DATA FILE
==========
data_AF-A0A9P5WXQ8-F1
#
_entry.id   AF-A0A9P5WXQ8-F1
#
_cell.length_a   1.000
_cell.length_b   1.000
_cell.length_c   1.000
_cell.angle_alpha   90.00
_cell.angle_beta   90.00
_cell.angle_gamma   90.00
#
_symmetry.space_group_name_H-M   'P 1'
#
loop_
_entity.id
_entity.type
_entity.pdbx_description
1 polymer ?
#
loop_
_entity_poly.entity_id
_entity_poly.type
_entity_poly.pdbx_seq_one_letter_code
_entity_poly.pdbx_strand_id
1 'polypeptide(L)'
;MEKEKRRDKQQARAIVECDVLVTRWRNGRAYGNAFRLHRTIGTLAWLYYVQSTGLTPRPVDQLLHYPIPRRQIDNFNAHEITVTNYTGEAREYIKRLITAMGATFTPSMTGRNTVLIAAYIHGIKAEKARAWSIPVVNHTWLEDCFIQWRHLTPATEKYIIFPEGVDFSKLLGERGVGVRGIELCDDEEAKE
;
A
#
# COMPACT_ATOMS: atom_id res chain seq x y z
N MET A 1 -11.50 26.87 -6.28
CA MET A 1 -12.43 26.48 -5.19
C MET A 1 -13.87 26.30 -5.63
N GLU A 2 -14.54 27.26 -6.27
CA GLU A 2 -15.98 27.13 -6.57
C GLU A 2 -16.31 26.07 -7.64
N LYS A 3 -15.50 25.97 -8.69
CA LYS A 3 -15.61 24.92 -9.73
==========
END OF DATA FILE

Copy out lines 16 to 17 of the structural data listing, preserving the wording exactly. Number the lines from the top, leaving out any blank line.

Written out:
_entity.type
_entity.pdbx_description